I highly encourage you to sign up to receive your free copy, because it won’t be free for long. It is a gift to you, my readers, with the hope the information included can help you prepare for the best change possible, regardless of the circumstances.
Happy New Year!!
I wish you happiness, peace, joy and prosperity as we say goodbye to 2015 and usher in a new year. Thank you for reading!
Our Personal Principles, which are similar to values, can be THE deciding factor as to whether we succeed or fail with a change.
What’s really interesting, is that most of us glide through life semi-aware of our principles and the role that they play in our mindset and personal choices, with little to no understanding of the great influence they have over our lives.
Now I realize these are bold statements, but time and again I have witnessed, both personally and professionally, just how big of a role our Personal Principles play in our lives and the reasons behind our perceptions and actions.
If we have been promoted to a first time management position, for example, understanding our perspectives around leading and managing others can help us to determine the kind of leader and manager we want to be. Without doing this, we run the risk of doing what we think we ‘should’ for the position, which offers all kinds of opportunities for values clashes to occur.
Even understanding why we pursued and/or accepted the position can help to uncover any hidden perceptions and beliefs about managerial positions that we otherwise might not have known.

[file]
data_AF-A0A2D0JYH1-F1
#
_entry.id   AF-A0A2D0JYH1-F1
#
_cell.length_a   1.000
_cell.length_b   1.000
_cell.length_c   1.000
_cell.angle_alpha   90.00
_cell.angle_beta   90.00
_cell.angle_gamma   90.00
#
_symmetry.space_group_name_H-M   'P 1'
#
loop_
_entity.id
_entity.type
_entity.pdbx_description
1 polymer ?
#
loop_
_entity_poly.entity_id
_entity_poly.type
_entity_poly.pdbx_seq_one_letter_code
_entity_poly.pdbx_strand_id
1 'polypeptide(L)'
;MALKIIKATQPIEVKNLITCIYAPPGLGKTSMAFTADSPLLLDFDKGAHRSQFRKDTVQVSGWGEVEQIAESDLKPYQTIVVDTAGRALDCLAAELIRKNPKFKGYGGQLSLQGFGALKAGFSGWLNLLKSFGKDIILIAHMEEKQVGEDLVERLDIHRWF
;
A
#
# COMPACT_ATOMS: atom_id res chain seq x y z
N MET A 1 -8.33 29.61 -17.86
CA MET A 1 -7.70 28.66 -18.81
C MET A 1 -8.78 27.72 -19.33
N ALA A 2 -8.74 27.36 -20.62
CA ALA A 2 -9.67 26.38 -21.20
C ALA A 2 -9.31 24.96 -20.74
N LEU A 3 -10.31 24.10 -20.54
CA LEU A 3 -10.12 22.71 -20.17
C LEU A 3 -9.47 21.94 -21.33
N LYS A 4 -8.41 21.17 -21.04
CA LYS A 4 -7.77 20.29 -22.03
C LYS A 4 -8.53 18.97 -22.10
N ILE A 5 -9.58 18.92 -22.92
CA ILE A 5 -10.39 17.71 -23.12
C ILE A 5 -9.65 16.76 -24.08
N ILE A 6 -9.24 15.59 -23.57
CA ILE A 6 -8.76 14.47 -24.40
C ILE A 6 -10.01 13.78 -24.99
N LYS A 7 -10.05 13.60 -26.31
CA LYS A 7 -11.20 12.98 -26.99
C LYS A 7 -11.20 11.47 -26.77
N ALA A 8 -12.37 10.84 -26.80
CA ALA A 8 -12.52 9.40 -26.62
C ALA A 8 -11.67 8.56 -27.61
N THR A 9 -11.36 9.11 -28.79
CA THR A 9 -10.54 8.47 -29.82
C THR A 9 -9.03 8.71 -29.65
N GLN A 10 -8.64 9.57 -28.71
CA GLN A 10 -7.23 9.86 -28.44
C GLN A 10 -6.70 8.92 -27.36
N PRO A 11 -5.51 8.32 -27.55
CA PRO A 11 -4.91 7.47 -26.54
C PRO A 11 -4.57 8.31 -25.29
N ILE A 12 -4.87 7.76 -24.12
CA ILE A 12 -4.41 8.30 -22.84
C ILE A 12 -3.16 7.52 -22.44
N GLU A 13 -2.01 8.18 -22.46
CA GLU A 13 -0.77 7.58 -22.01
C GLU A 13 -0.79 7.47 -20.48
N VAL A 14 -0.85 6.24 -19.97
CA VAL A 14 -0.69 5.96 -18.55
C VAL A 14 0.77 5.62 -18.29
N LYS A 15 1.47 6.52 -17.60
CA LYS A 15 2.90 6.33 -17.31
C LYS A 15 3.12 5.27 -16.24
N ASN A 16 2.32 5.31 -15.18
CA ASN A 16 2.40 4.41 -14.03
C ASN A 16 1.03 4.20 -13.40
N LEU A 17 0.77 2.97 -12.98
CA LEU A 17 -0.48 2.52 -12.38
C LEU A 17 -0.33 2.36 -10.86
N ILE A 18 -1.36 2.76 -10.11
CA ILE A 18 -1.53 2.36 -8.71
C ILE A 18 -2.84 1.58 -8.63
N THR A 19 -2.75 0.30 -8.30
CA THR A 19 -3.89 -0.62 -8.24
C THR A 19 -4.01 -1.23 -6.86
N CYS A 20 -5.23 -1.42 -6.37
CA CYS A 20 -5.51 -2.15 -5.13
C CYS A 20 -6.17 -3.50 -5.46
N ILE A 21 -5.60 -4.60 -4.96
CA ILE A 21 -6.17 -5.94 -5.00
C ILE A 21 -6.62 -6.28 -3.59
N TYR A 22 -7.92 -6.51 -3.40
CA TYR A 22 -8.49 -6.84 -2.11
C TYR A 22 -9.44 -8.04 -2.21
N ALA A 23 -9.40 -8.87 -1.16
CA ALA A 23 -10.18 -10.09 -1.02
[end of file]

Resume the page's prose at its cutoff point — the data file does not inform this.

Perceptions become beliefs, and beliefs point to our Personal Principles, so the more exploring we can do when change arises, the more prepared we are, and authentic we will be.
What are Personal Principles?
I wish I had a quick and easy way to uncover our Personal Principles, but, alas, I do not. There are a wide-variety of tools available to help us discover our values, but from my perspective, they are way too shallow to point to our core values. I just don’t believe we can sort through a deck of cards to determine such deeply rooted beliefs.
I take on the perspective that Personal Principles, which represent the code by which we live, and are usually hidden well beneath our conscious thinking, are contextual.
Whereas core values - those key beliefs that drive most of our behaviors and strongly influence our Personal Principles - tend to be even more hidden than our Personal Principles. Yet they show up in various ways through our behavior, how we interpret our experiences, and how we identify and relate to our world.
I mentioned that I believe Personal Principles are contextual, which is, in my view, what shows up when we sort through cards to identify our values. When we do this without a context, we just choose what surfaces in the moment. But that might not be what guides us in different situations.
For example, I might have a strong value towards loyalty, but that varies dramatically as a consumer than as a friend. I also value safety, which shows up in a big way as a Mom, but in a much different and smaller way as an author, where other values surface that don't show up in my Mom context.
Increasing our awareness.
Even though I haven’t yet created a tool for surfacing core values, I am working on one to discover those contextual principles that, in time, help us to discover our Personal Principles.
In the mean time though, I’ve developed a tool that is helpful to better understand our mindset in order to shift it to more closely align with change.